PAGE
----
Darryl is worn out. Leading his group keeps him busy constantly, and that's on top of his family and job. And forget about recreation! Each week he plans the meeting: icebreaker, Bible study, worship, and prayer time; he makes plans for the group to do service projects together because several members have said they wanted to do that; and he lines up child care, social activities, and just about everything else for the group. He's been doing this since the group began a couple years ago (it seems like 10 to Darryl!).
What should Darryl do?
It sounds as if Darryl needs to get a grip on his group or he'll be toast! This is a pitfall of many group leaders—the "I need to do everything and be everything" syndrome. (It's also known as the "Messiah Complex!") For some reason, many leaders feel that in order to be the leader, they must do and be responsible for everything. There are two problems with this mind-set.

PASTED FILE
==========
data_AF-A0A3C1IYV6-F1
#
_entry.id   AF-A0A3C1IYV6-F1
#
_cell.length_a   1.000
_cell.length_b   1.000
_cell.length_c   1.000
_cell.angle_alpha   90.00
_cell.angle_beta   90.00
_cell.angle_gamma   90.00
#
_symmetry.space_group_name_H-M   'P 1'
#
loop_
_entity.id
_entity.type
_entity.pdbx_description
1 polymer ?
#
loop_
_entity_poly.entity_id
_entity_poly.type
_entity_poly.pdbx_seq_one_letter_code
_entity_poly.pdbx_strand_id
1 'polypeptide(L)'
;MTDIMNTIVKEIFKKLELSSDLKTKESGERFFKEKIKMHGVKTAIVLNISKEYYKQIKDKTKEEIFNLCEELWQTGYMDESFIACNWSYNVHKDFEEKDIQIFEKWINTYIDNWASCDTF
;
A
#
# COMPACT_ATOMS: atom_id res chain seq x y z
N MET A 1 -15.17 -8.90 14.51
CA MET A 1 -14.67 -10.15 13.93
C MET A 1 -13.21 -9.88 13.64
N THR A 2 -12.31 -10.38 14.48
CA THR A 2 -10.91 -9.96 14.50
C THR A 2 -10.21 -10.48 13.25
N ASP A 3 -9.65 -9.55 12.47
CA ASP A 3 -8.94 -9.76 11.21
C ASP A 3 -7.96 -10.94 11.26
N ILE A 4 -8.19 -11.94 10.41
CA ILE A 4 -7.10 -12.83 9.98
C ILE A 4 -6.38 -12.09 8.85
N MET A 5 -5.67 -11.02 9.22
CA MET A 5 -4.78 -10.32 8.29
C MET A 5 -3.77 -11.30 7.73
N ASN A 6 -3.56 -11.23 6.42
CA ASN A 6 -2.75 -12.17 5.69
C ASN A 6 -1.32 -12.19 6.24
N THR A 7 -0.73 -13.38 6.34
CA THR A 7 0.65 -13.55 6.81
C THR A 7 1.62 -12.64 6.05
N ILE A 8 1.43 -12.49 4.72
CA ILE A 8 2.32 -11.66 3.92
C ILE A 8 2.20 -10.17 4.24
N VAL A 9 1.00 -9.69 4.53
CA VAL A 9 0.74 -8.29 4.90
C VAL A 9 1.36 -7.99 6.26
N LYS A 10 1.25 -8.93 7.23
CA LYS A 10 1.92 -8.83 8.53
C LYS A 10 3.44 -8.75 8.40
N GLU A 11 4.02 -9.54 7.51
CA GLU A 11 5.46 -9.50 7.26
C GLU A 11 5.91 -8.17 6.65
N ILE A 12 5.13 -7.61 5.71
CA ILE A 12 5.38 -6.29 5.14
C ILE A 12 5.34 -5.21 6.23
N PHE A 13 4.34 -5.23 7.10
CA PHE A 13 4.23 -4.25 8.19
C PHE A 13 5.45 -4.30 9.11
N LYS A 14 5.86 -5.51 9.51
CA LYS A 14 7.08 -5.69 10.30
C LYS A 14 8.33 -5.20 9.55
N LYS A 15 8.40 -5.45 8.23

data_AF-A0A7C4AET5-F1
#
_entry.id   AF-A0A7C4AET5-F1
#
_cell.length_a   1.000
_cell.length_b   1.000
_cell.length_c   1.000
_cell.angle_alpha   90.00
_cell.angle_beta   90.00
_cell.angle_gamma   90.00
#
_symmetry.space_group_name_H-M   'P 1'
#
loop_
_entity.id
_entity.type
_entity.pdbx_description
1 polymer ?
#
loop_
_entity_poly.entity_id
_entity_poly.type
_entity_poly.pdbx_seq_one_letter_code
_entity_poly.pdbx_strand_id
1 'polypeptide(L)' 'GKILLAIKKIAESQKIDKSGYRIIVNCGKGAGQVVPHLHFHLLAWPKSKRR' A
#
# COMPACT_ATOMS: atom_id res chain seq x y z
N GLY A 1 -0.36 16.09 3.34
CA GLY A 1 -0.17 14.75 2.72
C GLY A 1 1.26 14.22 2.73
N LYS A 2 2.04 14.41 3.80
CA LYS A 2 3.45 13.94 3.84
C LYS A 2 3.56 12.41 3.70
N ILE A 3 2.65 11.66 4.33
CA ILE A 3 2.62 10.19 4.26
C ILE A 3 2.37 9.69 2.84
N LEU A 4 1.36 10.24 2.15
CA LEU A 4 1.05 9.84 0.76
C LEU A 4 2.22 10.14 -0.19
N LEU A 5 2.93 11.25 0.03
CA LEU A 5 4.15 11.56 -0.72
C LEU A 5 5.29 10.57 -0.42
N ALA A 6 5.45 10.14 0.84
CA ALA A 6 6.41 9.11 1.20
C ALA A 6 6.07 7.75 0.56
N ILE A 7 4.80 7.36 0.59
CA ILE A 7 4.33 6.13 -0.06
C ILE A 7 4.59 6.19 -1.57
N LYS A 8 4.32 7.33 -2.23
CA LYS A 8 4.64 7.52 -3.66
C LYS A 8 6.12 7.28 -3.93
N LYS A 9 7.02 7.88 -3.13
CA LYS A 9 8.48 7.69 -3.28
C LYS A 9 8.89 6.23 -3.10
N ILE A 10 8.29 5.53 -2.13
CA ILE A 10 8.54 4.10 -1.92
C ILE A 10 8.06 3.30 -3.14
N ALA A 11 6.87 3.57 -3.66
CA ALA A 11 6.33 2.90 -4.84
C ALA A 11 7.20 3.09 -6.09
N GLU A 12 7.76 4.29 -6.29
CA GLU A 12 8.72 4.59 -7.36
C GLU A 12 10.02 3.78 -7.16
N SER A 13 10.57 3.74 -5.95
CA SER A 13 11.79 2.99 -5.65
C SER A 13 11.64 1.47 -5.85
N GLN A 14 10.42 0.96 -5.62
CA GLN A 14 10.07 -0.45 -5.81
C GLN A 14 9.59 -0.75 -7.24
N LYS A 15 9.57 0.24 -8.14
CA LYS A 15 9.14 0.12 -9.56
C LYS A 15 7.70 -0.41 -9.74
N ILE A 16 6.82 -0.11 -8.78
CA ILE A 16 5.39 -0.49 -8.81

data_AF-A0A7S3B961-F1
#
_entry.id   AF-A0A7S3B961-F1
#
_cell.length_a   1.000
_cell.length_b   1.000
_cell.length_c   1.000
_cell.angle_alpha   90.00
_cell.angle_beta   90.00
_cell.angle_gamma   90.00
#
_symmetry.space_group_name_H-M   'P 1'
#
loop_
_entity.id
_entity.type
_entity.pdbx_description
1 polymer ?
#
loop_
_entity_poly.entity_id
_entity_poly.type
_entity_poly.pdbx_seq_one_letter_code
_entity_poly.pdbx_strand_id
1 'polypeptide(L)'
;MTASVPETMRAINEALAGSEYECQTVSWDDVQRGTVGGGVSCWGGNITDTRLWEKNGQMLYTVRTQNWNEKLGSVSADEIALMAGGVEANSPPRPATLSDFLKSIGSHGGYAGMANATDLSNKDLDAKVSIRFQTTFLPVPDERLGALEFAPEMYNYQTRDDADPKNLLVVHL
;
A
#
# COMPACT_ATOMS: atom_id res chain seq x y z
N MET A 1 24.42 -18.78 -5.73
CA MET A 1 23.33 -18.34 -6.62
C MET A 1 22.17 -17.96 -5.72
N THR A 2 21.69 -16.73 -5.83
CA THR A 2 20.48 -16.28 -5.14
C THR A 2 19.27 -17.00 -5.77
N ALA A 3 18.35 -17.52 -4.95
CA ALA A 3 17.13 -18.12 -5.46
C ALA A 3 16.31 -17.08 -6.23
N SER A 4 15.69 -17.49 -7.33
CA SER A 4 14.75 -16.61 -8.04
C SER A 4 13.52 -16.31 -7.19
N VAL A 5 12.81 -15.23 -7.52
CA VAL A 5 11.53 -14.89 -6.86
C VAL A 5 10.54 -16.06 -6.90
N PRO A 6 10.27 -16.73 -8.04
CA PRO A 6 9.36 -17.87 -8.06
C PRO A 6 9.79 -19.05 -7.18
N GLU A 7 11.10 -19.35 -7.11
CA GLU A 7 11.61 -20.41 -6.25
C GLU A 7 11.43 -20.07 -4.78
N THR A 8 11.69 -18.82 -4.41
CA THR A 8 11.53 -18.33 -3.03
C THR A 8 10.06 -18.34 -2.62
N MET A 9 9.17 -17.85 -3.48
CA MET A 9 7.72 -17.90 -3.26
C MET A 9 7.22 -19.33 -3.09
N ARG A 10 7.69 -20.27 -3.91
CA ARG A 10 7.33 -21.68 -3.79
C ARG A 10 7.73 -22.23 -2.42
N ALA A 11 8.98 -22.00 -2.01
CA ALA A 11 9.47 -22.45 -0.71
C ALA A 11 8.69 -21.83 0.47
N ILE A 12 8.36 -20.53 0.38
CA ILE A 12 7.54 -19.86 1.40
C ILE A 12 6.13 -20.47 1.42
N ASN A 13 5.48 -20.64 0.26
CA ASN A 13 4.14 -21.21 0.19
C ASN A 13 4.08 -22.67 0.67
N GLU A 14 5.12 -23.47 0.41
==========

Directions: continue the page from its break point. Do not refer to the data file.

First, few people can maintain the type of schedule Darryl is facing. Like Darryl, for most of us, our jobs and families are each full-time jobs. Few can add another full time job on top of that, and God doesn't intend for us to do so. That's why he gave us the Body of Christ—so that ministry can be differentiated according to who is best equipped to do it. The doctrine of the body and of spiritual gifts is for every group of more than one person doing anything in the kingdom. This concept does more than distribute functions based on giftedness. It also distributes the workload and assures that each person has an equal opportunity to share in ministry.
Second, Darryl needs to remember the concept of group ownership. In my book, Small Group Bible Studies: How to Lead Them, I tell the story of learning about ...